Better And Better

If you don't draw yours, I won't draw mine.

Wednesday, April 25, 2012

Odd, that.

Apparently, in Germany, it's considered quite controversial for a harassment victim to publicly out her harasser. Ariane Friedrich, the highly-photogenic German high-jumper whose day job is working as a police officer, got some unwanted email from a fellow named Thorsten Dersch, who asked her to have a look at his genitalia, with picture attached.

One thing that Germany and the U.S. do apparently have in common is that it's traditional to at least get to know a lady before you go to presenting her photographs of your genitalia on a social basis. Herr Dersch hadn't met that standard yet. You might say that he jumped the gun. You might say that the bar was set a little higher.

Frau Friedrich invoked what seems to me to be her right, declaring that she wasn't interested in his suggestion that she investigate another sporting event. She didn't publicly share the file that he sent her, but referred the issue to the police.

This seems to be frowned upon in Germany, if I read the news correctly: apparently they believe that she should have let the system take care of it. That fascinates me. Their culture is evidently so wrapped up in giving all power to the central government, that it actually believes that a private citizen cannot publicly name her tormentor, without police permission.

How far does this extend? Are threats similarly considered privileged communications? She did not receive that message in the performance of her duties as a police officer (in which case, I would have a bit of a problem with her releasing info on a suspect).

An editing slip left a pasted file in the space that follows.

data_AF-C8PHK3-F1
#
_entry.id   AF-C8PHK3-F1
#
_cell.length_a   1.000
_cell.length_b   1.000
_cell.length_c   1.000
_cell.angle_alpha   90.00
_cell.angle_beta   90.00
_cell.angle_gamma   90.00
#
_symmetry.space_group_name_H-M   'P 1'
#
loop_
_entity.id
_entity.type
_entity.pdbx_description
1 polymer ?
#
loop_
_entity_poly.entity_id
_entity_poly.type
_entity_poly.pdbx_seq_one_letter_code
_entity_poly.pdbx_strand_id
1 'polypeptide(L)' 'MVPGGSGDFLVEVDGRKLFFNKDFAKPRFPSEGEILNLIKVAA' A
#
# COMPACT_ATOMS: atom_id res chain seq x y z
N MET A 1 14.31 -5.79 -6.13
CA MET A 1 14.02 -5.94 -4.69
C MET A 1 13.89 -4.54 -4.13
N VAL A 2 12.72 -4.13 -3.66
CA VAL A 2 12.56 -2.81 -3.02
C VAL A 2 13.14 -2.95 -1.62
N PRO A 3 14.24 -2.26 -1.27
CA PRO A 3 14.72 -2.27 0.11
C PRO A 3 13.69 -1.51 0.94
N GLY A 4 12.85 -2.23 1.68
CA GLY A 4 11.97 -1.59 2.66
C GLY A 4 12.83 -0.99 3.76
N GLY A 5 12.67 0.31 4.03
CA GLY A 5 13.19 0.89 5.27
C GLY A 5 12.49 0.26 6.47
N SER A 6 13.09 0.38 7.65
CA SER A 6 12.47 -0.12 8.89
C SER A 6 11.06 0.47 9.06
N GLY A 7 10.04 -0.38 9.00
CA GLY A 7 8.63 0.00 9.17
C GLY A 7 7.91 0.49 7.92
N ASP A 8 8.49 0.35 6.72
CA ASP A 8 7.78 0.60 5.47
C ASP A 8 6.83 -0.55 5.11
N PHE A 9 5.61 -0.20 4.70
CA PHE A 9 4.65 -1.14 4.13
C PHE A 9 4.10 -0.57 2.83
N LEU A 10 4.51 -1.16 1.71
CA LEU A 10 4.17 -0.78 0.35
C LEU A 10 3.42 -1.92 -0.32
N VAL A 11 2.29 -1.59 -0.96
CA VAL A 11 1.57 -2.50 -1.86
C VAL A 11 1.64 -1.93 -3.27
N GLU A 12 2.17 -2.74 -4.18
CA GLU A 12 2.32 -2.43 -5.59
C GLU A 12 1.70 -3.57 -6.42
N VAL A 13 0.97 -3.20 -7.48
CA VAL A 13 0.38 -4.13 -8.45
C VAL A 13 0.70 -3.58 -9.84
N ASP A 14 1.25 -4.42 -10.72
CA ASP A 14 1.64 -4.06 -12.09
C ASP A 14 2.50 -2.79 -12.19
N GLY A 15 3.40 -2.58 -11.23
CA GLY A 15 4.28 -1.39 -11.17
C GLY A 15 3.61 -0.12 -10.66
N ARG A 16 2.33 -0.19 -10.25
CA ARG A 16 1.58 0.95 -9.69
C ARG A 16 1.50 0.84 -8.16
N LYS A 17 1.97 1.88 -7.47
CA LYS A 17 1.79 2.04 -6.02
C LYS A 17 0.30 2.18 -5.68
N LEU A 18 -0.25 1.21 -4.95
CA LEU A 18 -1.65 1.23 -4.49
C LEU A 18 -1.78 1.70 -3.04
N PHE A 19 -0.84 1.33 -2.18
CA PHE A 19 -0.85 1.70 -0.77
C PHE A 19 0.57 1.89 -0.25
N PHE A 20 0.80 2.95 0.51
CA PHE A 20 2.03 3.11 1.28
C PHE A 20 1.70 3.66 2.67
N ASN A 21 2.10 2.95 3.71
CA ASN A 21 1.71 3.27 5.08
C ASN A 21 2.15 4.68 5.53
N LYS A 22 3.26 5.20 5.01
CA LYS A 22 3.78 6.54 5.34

Folks, the social contract that I've always understood has been that, once you fire off your love letter, your horny email, your sext*, your voicemail message, or whatever: it's the property of the person that you gave it to. Yeah, we all see the confidentiality notice boilerplate at the bottom of emails, but a bit of silly gray writing at the bottom of a page does not circumvent a person's right to free speech about personal matters.

Not here, anyway.
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*What a world we live in, that has changed so very much in these last 15 years. Back when I was in high school, if you wanted to document your pride and joy in the altogether, you had to buy a Polaroid camera and its expensive film, or else you had to know a lab that was cool with such things. Nowadays, practically anybody with a phone can take a picture of their tender nethers, and distribute the image to everyone that they know, faster than it took me to write this paragraph. People that wouldn't dream of putting a rifle in the hands of a 16 year old will give that same kid a car, a camera phone, and a debit card.  So we find juveniles and adults who act like juveniles sending all kinds of unfiltered pictures with such abandon that we're having to write new laws about them. (Note: That's a REALLY good law that Texas just passed.)

2 Comments:

At Wednesday, April 25, 2012 9:16:00 PM, Blogger charlotte g said...

Oh, I agree. How many times the law will be invoked is in question.
But it's nice to have in the backup vault if someone really wants to use it.

 
At Thursday, April 26, 2012 1:40:00 AM, Blogger Old NFO said...

That IS interesting... I hadn't realized that was the way they've structured in Germany.

 

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